Probably the most famous of these tests is when God tells Ol’ Abraham to go sacrifice his grown son on Mount Moriah. Grown son, mind you – so it was a bit of a test for Isaac, too – to let himself be all tied up and readied for the altar by his pops.

And Abraham and Isaac passed the test with flying colors – or at least they crammed really well for the test. Or rammed? Anyway they came out of the test alive, which is more than we can say for their school mascot.

God used that test to find out just how loyal Abraham and his family would be – could they be the foundation for God’s holy nation? Only the test would tell.

Jesus liked to use tests, too.

In the chapter after today’s passage He asked his disciples “who do you say that I am?” Peter, being the Rabbi’s pet, spoke up and answered “the Christ” (that means the anointed One of God, by the by – “messiah” for those of you who like multi-syllabic words) – can’t you just imaging good old Rocky – “ooh ooh, Rabbi Jesus, Rabbi Jesus, I know da answer!”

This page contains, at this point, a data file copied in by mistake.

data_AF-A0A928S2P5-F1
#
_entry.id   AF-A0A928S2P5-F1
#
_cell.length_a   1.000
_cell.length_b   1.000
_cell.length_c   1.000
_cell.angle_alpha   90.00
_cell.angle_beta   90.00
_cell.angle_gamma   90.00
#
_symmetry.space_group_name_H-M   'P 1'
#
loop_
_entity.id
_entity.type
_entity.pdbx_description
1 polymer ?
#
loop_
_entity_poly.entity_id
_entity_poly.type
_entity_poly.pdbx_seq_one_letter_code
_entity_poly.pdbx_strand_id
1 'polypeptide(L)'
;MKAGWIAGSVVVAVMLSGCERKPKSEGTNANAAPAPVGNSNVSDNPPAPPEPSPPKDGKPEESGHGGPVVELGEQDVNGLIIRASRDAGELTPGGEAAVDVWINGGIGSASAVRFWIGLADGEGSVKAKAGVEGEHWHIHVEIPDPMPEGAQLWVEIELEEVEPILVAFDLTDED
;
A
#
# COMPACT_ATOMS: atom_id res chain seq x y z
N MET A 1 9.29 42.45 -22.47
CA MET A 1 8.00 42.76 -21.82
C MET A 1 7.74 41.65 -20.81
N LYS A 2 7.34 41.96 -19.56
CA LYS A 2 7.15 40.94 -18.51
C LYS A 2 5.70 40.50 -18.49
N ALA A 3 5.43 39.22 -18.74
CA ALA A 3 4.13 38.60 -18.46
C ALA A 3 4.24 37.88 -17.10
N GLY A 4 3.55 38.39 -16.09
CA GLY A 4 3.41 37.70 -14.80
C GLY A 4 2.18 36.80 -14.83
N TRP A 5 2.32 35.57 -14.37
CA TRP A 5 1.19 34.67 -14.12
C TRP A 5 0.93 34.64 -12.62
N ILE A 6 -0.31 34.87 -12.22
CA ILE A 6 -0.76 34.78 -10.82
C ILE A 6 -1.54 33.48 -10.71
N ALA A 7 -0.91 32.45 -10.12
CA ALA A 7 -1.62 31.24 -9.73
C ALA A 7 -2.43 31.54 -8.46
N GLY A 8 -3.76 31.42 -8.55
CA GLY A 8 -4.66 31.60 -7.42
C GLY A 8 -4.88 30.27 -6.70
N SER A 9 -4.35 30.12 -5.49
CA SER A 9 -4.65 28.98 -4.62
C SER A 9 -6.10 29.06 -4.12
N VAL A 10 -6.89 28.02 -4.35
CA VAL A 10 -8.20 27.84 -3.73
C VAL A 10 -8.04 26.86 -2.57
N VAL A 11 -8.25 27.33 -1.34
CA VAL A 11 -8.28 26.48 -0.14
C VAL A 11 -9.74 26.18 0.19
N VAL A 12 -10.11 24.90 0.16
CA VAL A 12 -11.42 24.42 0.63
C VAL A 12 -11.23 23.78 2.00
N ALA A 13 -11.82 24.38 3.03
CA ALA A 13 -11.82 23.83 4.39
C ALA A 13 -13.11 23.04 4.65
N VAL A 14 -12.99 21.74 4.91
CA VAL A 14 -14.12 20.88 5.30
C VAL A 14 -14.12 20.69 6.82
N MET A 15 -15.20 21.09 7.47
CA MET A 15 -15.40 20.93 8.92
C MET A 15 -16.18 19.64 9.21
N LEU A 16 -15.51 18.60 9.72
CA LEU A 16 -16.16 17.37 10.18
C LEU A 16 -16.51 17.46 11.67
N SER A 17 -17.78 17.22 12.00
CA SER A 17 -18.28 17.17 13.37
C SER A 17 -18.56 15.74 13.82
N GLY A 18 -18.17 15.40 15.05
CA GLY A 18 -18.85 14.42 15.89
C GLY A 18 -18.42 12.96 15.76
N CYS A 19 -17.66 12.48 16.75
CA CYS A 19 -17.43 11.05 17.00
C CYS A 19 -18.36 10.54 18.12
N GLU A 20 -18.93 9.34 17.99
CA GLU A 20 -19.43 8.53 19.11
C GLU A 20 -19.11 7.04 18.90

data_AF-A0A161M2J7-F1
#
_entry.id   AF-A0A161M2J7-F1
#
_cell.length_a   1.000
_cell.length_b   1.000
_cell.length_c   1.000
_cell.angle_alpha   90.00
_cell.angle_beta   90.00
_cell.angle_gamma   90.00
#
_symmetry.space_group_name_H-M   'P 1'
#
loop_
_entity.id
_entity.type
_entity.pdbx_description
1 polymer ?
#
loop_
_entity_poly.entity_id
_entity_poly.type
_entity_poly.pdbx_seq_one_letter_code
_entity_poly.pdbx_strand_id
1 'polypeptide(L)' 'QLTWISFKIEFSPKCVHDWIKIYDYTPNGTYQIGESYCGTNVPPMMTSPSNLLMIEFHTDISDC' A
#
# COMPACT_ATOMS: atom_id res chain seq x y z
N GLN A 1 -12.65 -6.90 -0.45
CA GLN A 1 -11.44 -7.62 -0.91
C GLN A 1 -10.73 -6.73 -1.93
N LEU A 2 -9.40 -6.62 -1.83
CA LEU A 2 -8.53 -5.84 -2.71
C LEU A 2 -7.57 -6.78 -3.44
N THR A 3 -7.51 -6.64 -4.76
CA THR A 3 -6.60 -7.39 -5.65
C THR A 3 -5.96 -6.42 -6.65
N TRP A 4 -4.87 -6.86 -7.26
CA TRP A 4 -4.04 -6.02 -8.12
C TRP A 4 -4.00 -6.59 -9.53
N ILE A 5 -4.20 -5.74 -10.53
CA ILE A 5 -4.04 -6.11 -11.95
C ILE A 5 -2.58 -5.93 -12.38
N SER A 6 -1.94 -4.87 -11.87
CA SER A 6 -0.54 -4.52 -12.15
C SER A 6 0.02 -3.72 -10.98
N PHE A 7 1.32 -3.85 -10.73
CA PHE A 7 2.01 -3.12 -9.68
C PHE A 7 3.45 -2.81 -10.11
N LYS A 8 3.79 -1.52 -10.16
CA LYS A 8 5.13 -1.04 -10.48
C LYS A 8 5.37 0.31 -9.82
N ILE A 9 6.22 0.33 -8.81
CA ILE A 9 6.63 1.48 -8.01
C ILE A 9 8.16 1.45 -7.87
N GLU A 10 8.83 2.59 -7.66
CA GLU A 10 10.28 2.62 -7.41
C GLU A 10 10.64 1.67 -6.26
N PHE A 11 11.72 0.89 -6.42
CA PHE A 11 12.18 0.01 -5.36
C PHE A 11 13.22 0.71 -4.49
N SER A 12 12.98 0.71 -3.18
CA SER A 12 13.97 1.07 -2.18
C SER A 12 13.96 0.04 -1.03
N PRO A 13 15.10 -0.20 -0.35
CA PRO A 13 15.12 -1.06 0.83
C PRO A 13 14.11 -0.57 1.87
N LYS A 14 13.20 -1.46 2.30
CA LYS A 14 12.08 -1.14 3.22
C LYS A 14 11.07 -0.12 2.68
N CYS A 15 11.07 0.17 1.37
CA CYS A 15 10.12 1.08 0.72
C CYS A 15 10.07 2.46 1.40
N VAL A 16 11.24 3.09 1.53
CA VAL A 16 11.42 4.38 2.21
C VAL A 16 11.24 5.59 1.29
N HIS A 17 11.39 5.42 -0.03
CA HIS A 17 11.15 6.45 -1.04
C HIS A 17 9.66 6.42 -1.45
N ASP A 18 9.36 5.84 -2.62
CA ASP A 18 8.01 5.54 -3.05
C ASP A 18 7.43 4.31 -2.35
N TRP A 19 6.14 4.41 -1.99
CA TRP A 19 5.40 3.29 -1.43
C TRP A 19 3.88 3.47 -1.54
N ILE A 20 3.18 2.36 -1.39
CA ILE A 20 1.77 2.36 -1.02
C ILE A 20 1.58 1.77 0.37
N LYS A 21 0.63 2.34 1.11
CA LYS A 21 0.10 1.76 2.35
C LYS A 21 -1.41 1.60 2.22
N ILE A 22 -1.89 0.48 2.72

Jesus used the test to find out what the disciples knew – and what he could teach them.

What was he going to teach them? Those of you who are top-notch in bible memorization can probably guess

but let’s go back to today’s reading first.

My favorite test in the Bible comes from today’s passage.

A Greek woman asks Jesus to heal her daughter, and Jesus replies in his ever-compassionate way (and I’m paraphrasing) – “get away from me dawg, I ain’t got nuthin for you – I gots to take care of mah own.”

Okay, if you don’t like the New Urban Standard version, we can go back to the NIV translation – he says “First let the children eat all they want, for it is not right to take the children's bread and toss it to their dogs.”

You may have observed in your reading of the New Testament that Jesus is not always polite in his responses to requests for aid.

I think this is just preparing us for the upcoming test – you may have noticed that God is not always polite in his responses to prayers for aid, either – sometimes his emphatic NO comes with a burden, often not unlike a cross.

Our job is not to get offended if we can’t understand the niceties of God. Our job, like Job, is to accept what God has given us


like Job, we can ask questions without fear.

Which is what this brave Greek woman did. Instead of being offended that her first answer was no, giving up, and turning away from God, instead she asked the right question

not “God why won’t you help me?”

but “aren’t you here for the whole world?”

The first question shows ignorance.